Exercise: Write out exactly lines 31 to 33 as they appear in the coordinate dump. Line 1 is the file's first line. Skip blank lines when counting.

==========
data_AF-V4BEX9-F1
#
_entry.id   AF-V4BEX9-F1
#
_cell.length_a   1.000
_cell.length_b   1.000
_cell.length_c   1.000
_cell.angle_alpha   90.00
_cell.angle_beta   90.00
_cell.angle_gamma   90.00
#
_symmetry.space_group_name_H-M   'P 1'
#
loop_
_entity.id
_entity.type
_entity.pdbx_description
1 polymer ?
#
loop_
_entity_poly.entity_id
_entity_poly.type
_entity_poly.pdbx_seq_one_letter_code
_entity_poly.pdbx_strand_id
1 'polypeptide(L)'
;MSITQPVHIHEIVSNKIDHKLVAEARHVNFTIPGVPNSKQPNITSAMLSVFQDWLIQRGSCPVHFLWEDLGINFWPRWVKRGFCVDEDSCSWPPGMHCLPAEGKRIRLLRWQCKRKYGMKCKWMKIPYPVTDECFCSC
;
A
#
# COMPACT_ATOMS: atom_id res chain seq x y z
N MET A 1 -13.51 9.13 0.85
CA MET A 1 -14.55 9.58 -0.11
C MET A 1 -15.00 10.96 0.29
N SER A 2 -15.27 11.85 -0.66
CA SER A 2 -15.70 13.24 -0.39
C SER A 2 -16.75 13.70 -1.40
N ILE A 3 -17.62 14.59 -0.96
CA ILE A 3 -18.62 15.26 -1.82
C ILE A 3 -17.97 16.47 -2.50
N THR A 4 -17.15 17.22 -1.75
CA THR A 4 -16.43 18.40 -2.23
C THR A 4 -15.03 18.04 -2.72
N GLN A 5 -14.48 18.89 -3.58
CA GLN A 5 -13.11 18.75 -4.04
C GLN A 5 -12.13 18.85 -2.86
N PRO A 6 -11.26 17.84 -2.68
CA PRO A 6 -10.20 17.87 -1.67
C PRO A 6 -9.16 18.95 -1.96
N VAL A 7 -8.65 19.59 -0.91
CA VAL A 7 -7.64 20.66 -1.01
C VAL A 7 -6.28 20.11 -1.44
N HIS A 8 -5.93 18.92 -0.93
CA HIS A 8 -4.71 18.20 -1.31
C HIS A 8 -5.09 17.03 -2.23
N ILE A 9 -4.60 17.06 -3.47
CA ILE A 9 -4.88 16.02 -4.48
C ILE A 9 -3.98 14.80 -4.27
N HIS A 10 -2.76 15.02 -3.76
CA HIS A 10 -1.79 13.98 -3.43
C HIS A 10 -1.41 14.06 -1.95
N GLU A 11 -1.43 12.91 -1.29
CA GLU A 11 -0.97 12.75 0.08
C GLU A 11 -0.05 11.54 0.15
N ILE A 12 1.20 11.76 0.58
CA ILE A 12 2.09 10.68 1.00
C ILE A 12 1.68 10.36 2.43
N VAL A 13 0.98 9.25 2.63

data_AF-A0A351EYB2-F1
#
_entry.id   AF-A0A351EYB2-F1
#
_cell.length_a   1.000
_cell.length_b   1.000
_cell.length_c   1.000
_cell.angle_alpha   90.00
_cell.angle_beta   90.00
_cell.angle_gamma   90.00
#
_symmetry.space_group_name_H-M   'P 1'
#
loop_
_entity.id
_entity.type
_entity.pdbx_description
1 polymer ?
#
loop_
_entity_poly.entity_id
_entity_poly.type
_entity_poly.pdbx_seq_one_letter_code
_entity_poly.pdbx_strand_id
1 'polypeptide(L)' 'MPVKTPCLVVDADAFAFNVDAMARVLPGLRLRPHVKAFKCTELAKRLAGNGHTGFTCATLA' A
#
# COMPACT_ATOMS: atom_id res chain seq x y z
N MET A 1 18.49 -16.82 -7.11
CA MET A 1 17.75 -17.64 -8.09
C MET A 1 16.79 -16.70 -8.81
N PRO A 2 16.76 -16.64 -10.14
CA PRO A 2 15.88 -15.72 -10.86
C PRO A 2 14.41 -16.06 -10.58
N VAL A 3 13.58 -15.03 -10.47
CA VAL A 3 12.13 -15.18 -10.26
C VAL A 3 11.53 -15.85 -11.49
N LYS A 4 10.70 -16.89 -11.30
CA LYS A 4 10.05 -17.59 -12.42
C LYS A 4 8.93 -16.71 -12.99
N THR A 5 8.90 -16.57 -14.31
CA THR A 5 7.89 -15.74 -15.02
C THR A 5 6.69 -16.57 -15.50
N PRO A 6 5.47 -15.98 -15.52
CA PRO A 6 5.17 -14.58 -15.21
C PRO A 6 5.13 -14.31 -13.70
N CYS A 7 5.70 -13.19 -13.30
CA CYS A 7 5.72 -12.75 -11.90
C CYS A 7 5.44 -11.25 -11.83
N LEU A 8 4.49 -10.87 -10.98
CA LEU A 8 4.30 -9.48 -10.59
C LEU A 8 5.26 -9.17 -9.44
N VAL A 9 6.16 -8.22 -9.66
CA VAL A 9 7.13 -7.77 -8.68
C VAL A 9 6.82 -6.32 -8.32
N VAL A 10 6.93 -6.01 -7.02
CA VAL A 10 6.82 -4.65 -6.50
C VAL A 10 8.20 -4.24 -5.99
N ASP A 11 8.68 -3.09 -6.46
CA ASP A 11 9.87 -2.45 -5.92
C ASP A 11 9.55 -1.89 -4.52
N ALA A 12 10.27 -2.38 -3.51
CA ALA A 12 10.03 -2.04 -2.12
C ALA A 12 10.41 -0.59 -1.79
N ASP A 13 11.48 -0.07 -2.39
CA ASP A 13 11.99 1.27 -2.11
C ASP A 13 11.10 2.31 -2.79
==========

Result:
N MET A 1 -13.51 9.13 0.85
CA MET A 1 -14.55 9.58 -0.11
C MET A 1 -15.00 10.96 0.29